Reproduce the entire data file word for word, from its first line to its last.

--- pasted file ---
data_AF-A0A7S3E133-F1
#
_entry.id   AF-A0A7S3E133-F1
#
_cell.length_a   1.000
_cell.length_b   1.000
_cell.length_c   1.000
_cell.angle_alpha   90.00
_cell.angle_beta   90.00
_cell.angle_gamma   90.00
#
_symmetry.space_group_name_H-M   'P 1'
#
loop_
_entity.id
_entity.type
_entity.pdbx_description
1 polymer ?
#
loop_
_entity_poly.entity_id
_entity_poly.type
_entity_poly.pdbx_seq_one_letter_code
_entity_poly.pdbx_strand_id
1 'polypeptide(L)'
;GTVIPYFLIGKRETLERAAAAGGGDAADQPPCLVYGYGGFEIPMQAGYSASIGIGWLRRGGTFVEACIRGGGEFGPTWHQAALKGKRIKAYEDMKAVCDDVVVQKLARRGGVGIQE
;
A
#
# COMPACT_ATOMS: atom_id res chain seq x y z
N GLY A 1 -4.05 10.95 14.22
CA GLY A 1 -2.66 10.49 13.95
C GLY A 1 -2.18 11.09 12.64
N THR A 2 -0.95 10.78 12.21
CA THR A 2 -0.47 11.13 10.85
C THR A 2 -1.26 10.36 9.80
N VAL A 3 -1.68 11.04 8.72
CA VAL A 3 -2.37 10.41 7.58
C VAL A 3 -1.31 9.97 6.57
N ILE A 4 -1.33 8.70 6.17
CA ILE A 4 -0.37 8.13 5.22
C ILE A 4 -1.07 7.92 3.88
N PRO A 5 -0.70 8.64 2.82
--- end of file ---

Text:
data_AF-A0A7S3E133-F1
#
_entry.id   AF-A0A7S3E133-F1
#
_cell.length_a   1.000
_cell.length_b   1.000
_cell.length_c   1.000
_cell.angle_alpha   90.00
_cell.angle_beta   90.00
_cell.angle_gamma   90.00
#
_symmetry.space_group_name_H-M   'P 1'
#
loop_
_entity.id
_entity.type
_entity.pdbx_description
1 polymer ?
#
loop_
_entity_poly.entity_id
_entity_poly.type
_entity_poly.pdbx_seq_one_letter_code
_entity_poly.pdbx_strand_id
1 'polypeptide(L)'
;GTVIPYFLIGKRETLERAAAAGGGDAADQPPCLVYGYGGFEIPMQAGYSASIGIGWLRRGGTFVEACIRGGGEFGPTWHQAALKGKRIKAYEDMKAVCDDVVVQKLARRGGVGIQE
;
A
#
# COMPACT_ATOMS: atom_id res chain seq x y z
N GLY A 1 -4.05 10.95 14.22
CA GLY A 1 -2.66 10.49 13.95
C GLY A 1 -2.18 11.09 12.64
N THR A 2 -0.95 10.78 12.21
CA THR A 2 -0.47 11.13 10.85
C THR A 2 -1.26 10.36 9.80
N VAL A 3 -1.68 11.04 8.72
CA VAL A 3 -2.37 10.41 7.58
C VAL A 3 -1.31 9.97 6.57
N ILE A 4 -1.33 8.70 6.17
CA ILE A 4 -0.37 8.13 5.22
C ILE A 4 -1.07 7.92 3.88
N PRO A 5 -0.70 8.64 2.82